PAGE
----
Going Nuts Over Nuts
For most people, peanuts and tree nuts are yummy protein rich foods, though for an increasing number of Canadian children with serious allergies, peanuts and tree nuts might as well be arsenic, radioactive waste, or the kryptonite to an otherwise healthy and carefree childhood. First of all, when it comes to discussing nut allergies, the most common question is why the separate referencing between peanuts and other nuts? The reason is because a true nut grows in trees, whereas peanuts grow in the ground and are thus placed in a different categorical family. An allergy to both peanuts and tree nuts is common, as the protein in peanuts is similar in structure to tree nut protein. Nevertheless, there are cases where a person can safely consume peanuts but not tree nuts and vice versa.
According to the York Region Health Services Department, genetics is the prime factor in determining whether a child will develop a nut allergy. If a baby has at least one parent or sibling with a diagnosed food allergy, then she would be considered a high-risk for also developing an allergy. On the other hand, if neither parent nor sibling has a food allergy, then it would be considered unnecessary to restrict certain foods from your baby’s diet for groundless worrying.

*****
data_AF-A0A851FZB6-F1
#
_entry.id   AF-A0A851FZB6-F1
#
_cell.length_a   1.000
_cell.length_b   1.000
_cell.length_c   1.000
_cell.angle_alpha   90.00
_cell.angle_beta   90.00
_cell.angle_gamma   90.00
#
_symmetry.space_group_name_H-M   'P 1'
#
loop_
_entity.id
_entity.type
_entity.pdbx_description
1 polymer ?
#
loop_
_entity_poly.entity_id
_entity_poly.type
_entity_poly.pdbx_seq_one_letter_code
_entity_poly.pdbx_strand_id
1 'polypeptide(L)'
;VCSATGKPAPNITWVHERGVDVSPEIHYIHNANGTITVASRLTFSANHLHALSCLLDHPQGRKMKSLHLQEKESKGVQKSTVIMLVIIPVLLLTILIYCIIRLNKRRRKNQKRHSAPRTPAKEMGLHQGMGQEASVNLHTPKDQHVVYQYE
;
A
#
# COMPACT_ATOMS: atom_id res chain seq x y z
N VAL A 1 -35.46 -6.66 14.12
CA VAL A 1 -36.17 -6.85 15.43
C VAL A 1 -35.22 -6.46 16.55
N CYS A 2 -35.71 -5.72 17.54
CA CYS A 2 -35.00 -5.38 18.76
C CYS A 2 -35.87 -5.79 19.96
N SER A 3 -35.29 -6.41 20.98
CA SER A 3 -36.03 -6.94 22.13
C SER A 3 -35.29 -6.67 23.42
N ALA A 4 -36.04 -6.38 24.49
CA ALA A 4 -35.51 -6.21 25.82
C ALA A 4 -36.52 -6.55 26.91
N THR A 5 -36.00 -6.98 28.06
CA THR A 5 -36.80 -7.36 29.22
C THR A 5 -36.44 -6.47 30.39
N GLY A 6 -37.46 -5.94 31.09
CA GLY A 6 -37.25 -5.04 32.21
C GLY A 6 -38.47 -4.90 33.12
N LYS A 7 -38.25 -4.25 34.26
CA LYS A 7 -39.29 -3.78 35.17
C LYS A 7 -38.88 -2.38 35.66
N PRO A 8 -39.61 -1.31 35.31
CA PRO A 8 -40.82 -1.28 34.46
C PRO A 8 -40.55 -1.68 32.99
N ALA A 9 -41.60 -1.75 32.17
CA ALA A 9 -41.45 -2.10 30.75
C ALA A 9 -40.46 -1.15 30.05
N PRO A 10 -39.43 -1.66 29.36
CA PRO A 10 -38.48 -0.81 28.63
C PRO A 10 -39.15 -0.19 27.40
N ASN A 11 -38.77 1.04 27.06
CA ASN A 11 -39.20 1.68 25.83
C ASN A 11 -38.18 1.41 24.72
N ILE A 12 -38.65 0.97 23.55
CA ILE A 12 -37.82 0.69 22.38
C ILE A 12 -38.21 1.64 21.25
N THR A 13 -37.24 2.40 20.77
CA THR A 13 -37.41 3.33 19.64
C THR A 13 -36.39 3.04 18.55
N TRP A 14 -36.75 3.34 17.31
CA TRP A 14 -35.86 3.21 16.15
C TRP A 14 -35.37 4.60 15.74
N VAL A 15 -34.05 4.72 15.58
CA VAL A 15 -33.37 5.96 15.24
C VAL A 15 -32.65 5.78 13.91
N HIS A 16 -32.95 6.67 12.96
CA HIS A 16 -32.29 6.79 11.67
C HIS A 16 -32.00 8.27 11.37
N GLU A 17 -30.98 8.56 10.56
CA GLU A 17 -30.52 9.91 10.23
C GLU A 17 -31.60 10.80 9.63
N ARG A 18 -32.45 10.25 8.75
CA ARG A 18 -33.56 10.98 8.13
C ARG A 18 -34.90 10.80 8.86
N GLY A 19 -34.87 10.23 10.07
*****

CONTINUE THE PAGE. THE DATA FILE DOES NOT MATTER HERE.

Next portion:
Some women have tried to prevent the onset of a food allergy in their unborn baby by avoiding the particular allergen foods during pregnancy. There is no proof that this practice works, but there is evidence to justify that it can lead to malnutrition for both the mother and unborn baby. Breastfeeding, on the other hand, is proven to be a preventative against food allergies. Health Canada recommends that mothers exclusively breastfeed their babies for the first six months and continue with supplemental breastfeeding until age two at a minimum. No research has confirmed that avoiding allergen foods while breastfeeding will reduce the risk of developing a food allergy. When it comes to introducing nuts into a high-risk baby’s diet, the jury is still out. Researcher have not quite agreed on the best time to try your baby on the potential allergens, but the general advice is that peanuts and tree nuts should not be offered to your child until she is three years old. That being said, it must be noted that delaying a child’s exposure to peanuts and nuts will not prevent the development of an allergy, only postpone it. When introducing peanuts and nuts, only give a teaspoon amount to your baby in the morning, while keeping tabs on her throughout the day to monitor for an allergic reaction. If there is no reaction, you can up the amount of the food as the week goes on. Medical experts advise that only one new food item should be introduced to your baby each week. Make sure that it is either pure peanuts or nuts your baby is consuming. However, in case your baby has a mild allergic reaction to any of the nuts, wait a month before trying her out on nuts again. Obviously, a severe allergic response requires immediate emergency, medical attention. If a month has past and your baby still has the mild allergy to nuts, go see your doctor.